With knowledge of Borowski’s injury and ineffectiveness that accompanied it, the plan should have had their relievers ready to start the season in these roles, right out of Winter Haven:
Betancourt - 9th
Perez and Lewis - 8th, depending upon who's coming up (LH or RH)
Kobayashi and Julio - 6th and 7th
Breslow - LOOGY
Mastny - Long relief
That’s what we’re looking at today, but instead of those roles being established in Winter Haven, these pitchers are going to have to acquit themselves to a new progression (now in the season, facing the likes of Manny and Youkilis in games that count), something that didn’t look to be a smooth operation last night as both Julio looked lost pitching with a lead and Perez and Lewis seemed uncomfortable in their trips to the mound.

Is anyone really surprised that Borowski’s arm gave out this year?
Not really, given numerous reports of looming arm trouble.

Did anyone expect it to be this early?
Only if you knew that he was hurt on March 14th….which, apparently, somebody (or somebodies) did without acting on it.

So right now, the Indians’ bullpen is forced into the mode of evolving on the fly and hoping that some semblance of a progression can be established before the bullpen sabotages multiple games for the team. The current bullpen (without Borowski) is talented, if generally unproven in the roles that they are thought to fill and there may be other options that present themselves if one of the current inhabitants of the bullpen continually…oh, I don’t know, walks two batters to start the 6th inning with a lead.

Atom Miller is still in Winter Haven but certainly could help at some point, so it will be interesting to see where Miller pitches when he finally makes the trip north to Buffalo. If he’s pitching out of the bullpen for the Bisons, he won’t stay down there much longer than to get used to the routine of a reliever as his arm certainly qualifies as an upgrade over the likes of Julio and Mastny.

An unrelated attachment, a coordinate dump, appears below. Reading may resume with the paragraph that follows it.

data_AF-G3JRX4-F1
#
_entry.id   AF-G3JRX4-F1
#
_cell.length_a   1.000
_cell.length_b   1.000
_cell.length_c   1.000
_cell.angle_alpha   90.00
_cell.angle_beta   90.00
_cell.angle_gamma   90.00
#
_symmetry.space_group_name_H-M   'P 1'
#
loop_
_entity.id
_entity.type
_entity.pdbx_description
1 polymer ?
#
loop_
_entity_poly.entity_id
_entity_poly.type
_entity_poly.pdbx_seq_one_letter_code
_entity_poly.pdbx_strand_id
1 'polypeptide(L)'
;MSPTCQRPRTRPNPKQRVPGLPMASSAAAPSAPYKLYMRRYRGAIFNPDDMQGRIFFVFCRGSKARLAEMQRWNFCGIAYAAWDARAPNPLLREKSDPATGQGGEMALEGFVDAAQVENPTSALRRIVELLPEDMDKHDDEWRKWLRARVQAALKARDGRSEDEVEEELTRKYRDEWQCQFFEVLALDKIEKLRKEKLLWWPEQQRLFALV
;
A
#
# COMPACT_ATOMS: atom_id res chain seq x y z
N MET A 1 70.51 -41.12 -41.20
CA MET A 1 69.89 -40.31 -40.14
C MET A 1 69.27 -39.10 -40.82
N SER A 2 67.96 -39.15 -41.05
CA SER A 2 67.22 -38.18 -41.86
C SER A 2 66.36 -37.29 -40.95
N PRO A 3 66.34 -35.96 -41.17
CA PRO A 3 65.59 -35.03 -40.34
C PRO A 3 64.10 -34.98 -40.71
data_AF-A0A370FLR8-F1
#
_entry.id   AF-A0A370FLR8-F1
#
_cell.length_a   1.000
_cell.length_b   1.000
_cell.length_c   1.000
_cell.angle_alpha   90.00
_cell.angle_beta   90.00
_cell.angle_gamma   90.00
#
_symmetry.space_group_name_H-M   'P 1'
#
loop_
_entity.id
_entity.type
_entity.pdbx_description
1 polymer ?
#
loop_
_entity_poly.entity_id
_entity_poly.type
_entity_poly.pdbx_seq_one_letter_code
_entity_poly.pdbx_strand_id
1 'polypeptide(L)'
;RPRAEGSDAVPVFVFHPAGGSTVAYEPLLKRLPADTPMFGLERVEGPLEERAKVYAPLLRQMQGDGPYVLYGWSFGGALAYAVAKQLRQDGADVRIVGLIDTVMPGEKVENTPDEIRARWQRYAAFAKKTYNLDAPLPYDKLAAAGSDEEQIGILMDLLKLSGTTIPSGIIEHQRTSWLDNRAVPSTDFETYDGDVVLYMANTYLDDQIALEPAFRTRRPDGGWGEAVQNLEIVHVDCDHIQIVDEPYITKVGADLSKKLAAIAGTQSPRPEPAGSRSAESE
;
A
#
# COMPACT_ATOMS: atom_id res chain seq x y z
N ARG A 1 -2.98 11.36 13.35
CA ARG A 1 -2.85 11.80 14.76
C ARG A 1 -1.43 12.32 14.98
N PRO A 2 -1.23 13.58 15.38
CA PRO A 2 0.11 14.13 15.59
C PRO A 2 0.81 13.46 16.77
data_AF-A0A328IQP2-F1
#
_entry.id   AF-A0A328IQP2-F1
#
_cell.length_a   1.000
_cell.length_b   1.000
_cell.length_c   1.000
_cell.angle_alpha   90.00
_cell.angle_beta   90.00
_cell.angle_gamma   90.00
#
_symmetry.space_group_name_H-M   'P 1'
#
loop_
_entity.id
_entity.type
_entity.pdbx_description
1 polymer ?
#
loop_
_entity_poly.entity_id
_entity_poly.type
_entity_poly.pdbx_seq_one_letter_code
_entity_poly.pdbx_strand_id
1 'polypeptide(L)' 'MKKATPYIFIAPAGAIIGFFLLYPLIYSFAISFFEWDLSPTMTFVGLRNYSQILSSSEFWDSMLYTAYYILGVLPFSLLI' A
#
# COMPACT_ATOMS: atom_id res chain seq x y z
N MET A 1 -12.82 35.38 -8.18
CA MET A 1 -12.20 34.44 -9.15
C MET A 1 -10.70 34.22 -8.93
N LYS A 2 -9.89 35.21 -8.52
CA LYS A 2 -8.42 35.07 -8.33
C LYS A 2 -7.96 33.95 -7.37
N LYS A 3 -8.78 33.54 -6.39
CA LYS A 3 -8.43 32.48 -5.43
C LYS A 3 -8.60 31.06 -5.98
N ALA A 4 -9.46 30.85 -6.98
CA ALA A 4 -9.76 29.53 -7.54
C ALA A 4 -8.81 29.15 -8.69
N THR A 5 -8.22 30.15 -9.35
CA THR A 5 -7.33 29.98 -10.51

Outside of that, the team could look at Aaron Laffey as a reliever (assuming that Cliff Lee and Paul Byrd pitch well out of the Cleveland rotation) if the bullpen casualties start mounting. Laffey, while obviously more valuable in the long-term as a starter, is a groundball pitcher who pounds the strike zone and has good K/BB rates, which could translate into becoming a solid contributor out of the bullpen.

Obviously, it’s a little early to start looking for replacements for relievers that are still beginning the process of settling into their new roles, but the fact that the pitchers are just now settling into their new roles (and not with two weeks left in Spring Training) is an error that the team will have overcome in the early season and hope that it can be overcome before the bullpen puts the team further behind the 8-ball than they are with the suddenly resurgent Tigers (only two games back of the Tribe despite numerous eulogies about 10 days ago) arriving tonight.

At this point, in terms of the bullpen, only one thing is a certainty in mid-April – the Brodzoski (The Close) Era is over in Cleveland, likely never to begin again, and the rest of the bullpen has little time to pull themselves into shape before the season starts circling the drain, sabotaged by a gas can-wielding bullpen.